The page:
As a resident of the state of Connecticut, I’m pretty used to the government deciding that certain things are OK for me, and others are verboten and should be purged, or at least heavily discouraged. After all, it was my state’s senior senator, Richard Blumenthal, that, while our Attorney General, started a crusade against online classified sites such as Craigslist, going after them with the full weight of his office despite the fact that he couldn’t even do that legally, forcing them to remove the Adult Services section of their sites. The bill had no real positive impact – Craigslist censored it, but other sites like Backpage have similar sections1 – and all it did was remove individual contractors in favour of Asian Massage Parlors (who actually do engage in human trafficking), and sent advertisers to sections typically taken up by theraputic masseusses and other businesses that have nothing to do with sex trade.
The point of the above paragraph is simple: in my state’s pursuit of a sort of utopian living, they created no net benefit, and in a lot of ways, made things worse.
I say this now because my state has gone absolutely batshit cuckoo for Cocoa Puffs with video game legislation, as a means to prevent the next Sandy Hook from happening. I thought it was a gun that shot everyone and not a copy of Saints Row, but bear with me.
An article on GamePolitics.com2 sums up three bills currently being pushed in my state, two of which were discussed in a public hearing earlier.
1) State Senator Democrat Toni Harp, a 20 year veteran of the Senate that represents New Haven and West Haven, is pushing a bill that would ban minors from playing violent video games in arcades. Arcades!!! Toni Harp has been a senator since 1993, and that seems to be where she’s stuck when it comes to where the video game industry is, as arcades were starting to decline even back then. Even the few arcades that are around are either decidedly retro themed, or mass-marketed to families, such as Chuck E. Cheese’s and Dave and Busters. So the people who run the Game Zone in Shelton, CT – which mostly has ticket-vending games, and a cabinet of Tekken 5 that doesn’t even work right – better watch out, because Ol’ Senator Harp’s coming to get ’em! You’ll never Dance Dance in this Revolution again!3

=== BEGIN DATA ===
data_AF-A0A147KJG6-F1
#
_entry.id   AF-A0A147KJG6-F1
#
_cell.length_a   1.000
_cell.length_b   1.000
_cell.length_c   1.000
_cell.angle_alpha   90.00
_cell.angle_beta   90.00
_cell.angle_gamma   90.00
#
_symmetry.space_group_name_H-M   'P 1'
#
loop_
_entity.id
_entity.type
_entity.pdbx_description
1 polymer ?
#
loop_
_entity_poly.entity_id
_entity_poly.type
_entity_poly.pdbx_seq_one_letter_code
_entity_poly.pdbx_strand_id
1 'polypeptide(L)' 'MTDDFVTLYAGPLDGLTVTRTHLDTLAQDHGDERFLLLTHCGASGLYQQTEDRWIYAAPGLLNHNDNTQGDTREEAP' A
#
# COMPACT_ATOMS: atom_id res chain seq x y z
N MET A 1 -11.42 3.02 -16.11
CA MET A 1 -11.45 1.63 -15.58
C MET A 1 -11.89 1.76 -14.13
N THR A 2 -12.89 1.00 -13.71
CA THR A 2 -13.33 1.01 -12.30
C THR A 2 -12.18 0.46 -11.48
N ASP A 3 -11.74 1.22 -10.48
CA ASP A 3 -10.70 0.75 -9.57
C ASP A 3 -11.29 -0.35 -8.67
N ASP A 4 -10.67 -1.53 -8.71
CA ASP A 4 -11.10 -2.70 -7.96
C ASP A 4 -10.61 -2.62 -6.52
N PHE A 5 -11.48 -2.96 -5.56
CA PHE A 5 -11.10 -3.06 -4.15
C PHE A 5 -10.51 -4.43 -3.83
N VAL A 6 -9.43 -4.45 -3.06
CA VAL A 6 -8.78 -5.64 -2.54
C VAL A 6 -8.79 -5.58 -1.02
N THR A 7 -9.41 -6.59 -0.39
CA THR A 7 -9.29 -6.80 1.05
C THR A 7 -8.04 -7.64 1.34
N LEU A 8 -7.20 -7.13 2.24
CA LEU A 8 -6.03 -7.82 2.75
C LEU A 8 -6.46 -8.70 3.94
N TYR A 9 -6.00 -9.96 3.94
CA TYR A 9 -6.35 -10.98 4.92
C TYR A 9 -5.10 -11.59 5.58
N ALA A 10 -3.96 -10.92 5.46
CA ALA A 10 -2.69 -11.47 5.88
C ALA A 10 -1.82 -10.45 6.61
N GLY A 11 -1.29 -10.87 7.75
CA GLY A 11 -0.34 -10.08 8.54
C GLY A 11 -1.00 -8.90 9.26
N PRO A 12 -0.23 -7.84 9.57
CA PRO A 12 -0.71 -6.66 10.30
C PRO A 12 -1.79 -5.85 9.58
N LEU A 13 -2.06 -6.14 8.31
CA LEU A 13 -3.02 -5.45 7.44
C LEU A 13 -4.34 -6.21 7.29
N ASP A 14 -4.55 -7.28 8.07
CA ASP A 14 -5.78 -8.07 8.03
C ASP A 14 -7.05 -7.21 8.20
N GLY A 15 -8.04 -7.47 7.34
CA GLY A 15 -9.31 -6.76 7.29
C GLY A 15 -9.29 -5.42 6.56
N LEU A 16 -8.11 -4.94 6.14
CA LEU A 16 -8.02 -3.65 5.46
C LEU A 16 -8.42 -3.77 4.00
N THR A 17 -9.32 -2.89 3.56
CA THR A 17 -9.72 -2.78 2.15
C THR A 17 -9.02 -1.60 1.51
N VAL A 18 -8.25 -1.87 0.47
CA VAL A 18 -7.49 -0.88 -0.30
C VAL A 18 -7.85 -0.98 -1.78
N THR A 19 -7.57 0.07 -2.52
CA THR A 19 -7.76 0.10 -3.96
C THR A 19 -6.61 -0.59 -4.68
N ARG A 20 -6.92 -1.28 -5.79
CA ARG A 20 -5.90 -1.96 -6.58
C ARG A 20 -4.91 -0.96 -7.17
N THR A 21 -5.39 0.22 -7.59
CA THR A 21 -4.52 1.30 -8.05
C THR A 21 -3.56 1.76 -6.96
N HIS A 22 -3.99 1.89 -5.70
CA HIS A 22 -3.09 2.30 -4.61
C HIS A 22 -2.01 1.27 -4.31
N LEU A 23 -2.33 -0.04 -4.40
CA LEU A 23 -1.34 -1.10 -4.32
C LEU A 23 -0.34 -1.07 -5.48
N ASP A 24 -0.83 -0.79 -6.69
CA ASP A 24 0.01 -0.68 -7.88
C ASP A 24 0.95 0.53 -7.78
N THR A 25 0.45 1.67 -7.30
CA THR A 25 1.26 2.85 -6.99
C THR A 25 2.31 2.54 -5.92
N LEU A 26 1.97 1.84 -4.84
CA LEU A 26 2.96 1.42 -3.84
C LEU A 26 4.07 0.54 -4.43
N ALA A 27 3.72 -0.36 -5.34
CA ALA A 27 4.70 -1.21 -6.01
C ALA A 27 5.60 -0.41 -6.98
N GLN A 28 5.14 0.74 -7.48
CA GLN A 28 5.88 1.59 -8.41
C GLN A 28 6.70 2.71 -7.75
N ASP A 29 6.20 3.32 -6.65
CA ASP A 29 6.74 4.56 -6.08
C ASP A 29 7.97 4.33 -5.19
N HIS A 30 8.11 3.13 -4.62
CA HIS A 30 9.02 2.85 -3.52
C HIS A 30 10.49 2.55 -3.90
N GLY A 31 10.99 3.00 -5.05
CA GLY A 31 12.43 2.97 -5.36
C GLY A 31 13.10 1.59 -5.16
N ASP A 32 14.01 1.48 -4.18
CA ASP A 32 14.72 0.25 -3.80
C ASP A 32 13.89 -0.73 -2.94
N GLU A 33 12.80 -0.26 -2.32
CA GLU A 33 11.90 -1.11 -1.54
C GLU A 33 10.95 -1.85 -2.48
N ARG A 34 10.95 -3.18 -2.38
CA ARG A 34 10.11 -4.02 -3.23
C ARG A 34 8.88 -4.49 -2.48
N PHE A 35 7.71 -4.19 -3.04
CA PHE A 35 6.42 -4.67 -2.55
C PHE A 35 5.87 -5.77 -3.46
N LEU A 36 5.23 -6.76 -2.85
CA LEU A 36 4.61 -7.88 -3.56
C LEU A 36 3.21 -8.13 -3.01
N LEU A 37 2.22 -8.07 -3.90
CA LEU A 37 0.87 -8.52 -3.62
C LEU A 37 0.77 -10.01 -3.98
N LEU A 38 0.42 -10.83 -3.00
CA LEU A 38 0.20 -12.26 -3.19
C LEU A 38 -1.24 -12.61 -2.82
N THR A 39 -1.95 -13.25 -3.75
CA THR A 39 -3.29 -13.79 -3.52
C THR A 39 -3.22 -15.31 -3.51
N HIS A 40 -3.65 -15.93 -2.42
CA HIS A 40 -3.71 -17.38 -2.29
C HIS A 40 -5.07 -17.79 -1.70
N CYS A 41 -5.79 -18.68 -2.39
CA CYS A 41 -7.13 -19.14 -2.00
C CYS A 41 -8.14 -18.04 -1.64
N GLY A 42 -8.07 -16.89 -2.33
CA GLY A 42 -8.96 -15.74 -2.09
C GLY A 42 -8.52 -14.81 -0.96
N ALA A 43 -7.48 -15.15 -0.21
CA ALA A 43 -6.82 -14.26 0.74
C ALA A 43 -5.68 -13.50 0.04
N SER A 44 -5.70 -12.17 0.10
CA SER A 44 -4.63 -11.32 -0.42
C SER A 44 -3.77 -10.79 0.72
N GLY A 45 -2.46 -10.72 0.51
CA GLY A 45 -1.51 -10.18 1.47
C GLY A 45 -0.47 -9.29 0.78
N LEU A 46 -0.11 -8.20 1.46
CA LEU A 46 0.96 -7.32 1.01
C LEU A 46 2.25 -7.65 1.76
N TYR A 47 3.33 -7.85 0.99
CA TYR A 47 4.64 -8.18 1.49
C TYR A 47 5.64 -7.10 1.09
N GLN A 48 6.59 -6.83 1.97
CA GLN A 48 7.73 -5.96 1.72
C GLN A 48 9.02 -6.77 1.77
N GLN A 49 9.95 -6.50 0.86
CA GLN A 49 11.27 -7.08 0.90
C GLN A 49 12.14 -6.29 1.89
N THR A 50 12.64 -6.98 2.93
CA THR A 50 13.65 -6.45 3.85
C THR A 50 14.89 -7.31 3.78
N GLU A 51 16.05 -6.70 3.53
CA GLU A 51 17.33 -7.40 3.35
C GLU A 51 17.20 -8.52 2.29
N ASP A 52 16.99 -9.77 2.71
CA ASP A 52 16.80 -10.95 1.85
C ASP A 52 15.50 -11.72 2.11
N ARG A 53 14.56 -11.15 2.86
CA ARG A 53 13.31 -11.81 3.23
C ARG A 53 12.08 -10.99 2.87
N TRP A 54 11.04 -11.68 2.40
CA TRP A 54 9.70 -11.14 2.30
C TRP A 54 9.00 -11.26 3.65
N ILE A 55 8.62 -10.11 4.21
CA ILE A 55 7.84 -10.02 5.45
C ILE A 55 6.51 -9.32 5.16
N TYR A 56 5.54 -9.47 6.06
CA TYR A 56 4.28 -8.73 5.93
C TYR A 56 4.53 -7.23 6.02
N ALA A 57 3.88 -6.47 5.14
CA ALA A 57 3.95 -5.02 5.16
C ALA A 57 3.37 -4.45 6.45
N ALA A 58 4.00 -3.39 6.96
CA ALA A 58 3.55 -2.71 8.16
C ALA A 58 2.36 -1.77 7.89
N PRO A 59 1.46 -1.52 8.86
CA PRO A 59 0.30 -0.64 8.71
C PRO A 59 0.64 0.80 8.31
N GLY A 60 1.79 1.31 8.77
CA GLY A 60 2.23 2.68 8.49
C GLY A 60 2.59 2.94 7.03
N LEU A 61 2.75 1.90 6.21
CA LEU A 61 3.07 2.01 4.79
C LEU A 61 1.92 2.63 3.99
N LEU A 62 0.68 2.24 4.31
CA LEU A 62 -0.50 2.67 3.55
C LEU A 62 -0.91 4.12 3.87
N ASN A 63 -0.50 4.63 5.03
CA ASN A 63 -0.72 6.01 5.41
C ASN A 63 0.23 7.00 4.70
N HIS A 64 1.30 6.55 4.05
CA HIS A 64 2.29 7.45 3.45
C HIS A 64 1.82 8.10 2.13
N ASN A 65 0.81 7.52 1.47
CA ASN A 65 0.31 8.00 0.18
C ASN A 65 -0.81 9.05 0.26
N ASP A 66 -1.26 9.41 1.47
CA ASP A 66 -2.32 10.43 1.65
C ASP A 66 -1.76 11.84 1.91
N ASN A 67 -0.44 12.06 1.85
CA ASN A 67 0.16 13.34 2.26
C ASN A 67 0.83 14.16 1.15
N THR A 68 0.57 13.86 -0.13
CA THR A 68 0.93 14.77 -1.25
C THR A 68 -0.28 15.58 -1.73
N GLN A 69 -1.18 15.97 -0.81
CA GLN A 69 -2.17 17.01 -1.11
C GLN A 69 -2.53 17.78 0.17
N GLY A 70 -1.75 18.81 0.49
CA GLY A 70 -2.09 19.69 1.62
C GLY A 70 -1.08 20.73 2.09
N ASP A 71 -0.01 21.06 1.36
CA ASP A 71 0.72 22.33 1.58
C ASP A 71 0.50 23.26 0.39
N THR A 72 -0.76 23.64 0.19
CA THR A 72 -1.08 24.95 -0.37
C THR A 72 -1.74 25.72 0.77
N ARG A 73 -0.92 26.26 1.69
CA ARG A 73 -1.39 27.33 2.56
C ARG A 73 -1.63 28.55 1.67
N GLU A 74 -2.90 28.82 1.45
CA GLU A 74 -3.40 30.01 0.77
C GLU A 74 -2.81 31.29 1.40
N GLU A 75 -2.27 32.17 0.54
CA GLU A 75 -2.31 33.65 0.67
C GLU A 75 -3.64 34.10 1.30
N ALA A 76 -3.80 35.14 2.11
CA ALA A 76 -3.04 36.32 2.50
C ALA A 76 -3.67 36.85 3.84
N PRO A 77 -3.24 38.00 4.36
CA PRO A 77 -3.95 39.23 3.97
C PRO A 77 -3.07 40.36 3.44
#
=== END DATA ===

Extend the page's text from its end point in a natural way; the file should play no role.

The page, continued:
2) Senator Scott Frantz (R-Greenwich) wants to create a task force that would study the effects of violent video games on Connecticut’s youth. See, he’s a Republican, so it’s bipartisan! But how is a state trying to wring revenue out of every nook and cranny going to pay for this? Well…
3) DebraLee Hovey, a Representative of the 112th district that includes Newtown and who is most famous for humiliating herself for insulting Gabby Giffords when she came to Newtown because something something gun control, has put in a bill that would add a 10% sin tax onto the final purchase price4 of a game rated “M” by the ESRB. Money taken in by this fund would ostensibly be used to educate parents about games, or more specifically, that they’re horrible and probably got 20 first graders killed. It’s not like we’ve been here before or anything.